I don’t think anyone would ever accuse us of not paying
attention to our dogs. Most people, if they truly know what goes
on, secretly shake their heads and roll their eyes. I guess, at
times, things can get a little crazy. But then, I suppose there are
worse things you can be called than “those dog people.”
So it seems kind of silly for me to now be wondering why, all
these years, haven’t I been paying more attention to Ben?
Our oldest Lab, now creeping to the 15½-year mark, has always
been a favorite of mine and, ever since losing my Mom almost seven
years ago, he’s returned the affection. Of course, I would never
say he’s a typical dog, but he really is your typical,
I’m-old-but-I-don’t-know-it-yet dog. His mind can go anywhere it
wants, but his body often has trouble following. Years in the
pheasant and grouse fields have taken their toll on this Lab,
called by one of the country’s leading canine orthopedic
specialists a “great old athlete.”
Still, seeing that sparkle in his eye, and armed with a local
newspaper article about a local vet just opening an animal
acupuncture service, we thought “why not?” (I see those heads
shaking and eyes rolling already, but…. that’s okay).
We responded almost immediately and, long story short, the vet
moved away and we’re now under the care of Dr. Nate, a great
holistic vet in Vermont. (And it doesn’t hurt that he’s a Cornell
grad and fellow-Pennsylvanian). Dr. Nate has Ben on some herbs I’ll
never be able to spell and have an even harder time pronouncing. We
only travel once a month and Dr. Nate suggested that we supplement
the treatment with some acupressure at home. “We” has turned into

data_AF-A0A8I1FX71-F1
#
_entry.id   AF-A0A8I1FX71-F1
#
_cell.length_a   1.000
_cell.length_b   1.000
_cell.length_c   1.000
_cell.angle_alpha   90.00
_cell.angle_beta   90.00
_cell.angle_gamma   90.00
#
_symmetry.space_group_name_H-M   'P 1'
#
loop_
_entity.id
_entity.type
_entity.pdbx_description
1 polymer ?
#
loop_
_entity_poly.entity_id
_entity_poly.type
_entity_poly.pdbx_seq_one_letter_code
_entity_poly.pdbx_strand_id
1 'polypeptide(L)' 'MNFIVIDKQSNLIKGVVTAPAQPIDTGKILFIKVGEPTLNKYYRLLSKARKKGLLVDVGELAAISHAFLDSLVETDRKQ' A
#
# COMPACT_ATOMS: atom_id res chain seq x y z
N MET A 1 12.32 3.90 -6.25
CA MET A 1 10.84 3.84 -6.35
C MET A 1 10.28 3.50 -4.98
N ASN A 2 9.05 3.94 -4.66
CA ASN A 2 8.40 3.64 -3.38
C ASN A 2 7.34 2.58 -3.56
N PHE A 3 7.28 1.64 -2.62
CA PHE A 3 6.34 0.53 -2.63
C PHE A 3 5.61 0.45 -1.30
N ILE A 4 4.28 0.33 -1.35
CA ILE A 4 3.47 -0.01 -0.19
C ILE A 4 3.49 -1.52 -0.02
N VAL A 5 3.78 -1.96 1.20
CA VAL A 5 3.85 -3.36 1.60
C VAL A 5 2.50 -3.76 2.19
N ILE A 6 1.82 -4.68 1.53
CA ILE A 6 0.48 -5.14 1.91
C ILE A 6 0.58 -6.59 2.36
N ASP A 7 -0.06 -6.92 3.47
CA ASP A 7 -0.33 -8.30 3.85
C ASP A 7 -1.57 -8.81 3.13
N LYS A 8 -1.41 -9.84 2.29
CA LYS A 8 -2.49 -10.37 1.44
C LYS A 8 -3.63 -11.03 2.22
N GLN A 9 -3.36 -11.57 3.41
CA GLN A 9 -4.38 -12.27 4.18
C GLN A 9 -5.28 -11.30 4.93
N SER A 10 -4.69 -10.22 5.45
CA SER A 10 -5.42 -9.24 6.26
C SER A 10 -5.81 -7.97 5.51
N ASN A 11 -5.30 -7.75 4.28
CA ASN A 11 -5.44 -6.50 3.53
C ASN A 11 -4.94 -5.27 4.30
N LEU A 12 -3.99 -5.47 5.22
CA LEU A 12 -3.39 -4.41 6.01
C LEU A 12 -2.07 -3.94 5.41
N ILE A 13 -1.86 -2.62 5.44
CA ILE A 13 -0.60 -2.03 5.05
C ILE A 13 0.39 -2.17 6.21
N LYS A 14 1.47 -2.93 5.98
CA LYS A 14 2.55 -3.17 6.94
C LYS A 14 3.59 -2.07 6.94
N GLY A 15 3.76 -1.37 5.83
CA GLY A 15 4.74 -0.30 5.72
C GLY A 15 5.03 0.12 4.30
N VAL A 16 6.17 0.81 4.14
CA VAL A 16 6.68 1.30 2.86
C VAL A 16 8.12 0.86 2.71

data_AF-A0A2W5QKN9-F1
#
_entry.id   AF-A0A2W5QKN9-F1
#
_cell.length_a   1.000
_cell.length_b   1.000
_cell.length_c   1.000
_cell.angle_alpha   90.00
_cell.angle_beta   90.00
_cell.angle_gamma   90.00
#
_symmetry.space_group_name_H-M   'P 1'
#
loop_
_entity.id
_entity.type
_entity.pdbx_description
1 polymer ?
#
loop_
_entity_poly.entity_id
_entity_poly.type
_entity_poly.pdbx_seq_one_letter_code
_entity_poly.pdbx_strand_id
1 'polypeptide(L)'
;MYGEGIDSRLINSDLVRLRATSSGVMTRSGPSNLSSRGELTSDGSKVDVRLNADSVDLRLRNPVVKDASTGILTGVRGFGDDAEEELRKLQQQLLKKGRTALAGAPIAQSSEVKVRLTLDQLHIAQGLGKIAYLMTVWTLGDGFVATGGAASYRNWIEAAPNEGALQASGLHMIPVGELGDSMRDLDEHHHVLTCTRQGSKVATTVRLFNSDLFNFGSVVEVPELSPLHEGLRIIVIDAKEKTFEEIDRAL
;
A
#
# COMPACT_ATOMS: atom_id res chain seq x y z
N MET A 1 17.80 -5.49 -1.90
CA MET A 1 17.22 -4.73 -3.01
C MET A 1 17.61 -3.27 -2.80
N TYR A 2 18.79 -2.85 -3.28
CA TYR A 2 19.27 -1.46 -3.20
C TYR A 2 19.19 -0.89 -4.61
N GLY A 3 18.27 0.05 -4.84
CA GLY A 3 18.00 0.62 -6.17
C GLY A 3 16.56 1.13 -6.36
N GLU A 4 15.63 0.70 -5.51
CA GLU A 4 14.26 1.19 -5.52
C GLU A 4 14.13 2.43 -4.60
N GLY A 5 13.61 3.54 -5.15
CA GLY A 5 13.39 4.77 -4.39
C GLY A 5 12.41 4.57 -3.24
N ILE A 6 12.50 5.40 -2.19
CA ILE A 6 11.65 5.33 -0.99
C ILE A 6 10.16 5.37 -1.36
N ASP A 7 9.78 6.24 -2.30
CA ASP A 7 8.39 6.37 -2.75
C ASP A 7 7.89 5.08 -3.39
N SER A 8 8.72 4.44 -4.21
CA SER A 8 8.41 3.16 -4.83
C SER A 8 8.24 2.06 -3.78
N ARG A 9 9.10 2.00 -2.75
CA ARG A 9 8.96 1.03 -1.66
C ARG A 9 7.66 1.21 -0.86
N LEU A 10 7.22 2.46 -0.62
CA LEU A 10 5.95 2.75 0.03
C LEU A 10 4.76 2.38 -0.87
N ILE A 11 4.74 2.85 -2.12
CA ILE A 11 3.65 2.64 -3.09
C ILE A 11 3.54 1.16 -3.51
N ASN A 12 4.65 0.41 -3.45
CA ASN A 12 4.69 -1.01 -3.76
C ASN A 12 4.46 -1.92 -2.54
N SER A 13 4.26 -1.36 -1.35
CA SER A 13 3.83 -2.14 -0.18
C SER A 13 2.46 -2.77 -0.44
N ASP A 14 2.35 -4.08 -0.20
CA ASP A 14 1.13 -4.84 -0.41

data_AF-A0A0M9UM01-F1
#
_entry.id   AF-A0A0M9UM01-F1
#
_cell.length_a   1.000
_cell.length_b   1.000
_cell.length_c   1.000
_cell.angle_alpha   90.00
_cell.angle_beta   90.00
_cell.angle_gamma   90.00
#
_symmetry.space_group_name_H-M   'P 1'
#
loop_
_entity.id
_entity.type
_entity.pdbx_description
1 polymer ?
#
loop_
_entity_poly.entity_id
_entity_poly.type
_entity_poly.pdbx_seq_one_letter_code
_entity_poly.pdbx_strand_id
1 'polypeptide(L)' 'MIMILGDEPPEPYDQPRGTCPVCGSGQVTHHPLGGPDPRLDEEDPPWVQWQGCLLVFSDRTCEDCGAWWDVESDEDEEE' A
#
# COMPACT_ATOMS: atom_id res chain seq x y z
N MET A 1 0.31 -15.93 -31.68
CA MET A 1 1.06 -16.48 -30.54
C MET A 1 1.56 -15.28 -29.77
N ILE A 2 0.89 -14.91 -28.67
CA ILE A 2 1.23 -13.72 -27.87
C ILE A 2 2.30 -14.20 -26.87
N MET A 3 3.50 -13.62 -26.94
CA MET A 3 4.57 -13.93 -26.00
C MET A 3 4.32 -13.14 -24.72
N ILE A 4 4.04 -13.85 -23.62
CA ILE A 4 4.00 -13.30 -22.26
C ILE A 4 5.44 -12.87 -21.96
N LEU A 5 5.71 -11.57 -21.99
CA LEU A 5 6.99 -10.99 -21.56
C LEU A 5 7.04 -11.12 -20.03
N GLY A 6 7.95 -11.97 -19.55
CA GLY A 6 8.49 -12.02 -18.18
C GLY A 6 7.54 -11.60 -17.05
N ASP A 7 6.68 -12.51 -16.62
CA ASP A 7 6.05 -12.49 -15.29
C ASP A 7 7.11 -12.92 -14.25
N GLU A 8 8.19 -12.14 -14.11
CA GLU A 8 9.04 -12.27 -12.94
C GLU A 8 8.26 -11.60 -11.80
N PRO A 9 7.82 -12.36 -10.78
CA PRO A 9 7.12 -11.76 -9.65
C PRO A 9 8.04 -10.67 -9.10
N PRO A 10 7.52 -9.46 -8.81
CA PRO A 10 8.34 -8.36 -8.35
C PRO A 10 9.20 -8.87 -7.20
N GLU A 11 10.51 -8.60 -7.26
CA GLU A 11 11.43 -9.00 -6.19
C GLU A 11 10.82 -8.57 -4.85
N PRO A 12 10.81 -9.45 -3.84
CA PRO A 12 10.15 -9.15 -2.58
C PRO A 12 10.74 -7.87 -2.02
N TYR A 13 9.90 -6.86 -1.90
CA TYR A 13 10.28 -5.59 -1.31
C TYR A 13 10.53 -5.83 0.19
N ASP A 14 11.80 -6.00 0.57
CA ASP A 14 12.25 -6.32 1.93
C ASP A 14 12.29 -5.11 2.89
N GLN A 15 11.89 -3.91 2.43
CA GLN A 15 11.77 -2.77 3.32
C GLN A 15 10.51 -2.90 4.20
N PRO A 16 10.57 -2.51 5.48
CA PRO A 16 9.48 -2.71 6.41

“me.” Steve is willing to try, but I don’t want to give up this
good thing! Besides, Ben and I have become a little bit closer –
hence the guilt that I didn’t start this 15 years ago.
I got ahold of a copy of “The Well-Connected Dog,” and we’re off
and running – really, Ben trots out to greet me when I come home
from work most days. That’s how much better he’s doing.
But it’s that 45 minutes to an hour every other night that has
really made the difference for us. He lays on his bed and rolls
over, just ready to begin. Sometimes he’ll sigh, sometimes he’ll
yawn and sometimes he’ll just pass gas (well, most times he does
that; I haven’t found the button to push to stop that, yet). As I
move through the suggested points – BL18, BL23, GB40, on down to
his toes, he’ll groan and slowly close his eyes until he’s
Every once in a while, I’ll hit a spot that’s a little sore and
his eyes will open wide or he’ll move away. Then we just go on to
the next spot or call it quits for the night with some gentle pats
and a belly rub.
Dr. Nate insists that I can’t hurt him during our “treatments,”
and that just being with him is doing a world of good.
He has no idea how true that is.
(Editor’s Note: “The Well-Connected Dog, A Guide to Canine
Acupressure,” is by Amy Snow and Nancy Zidonis.)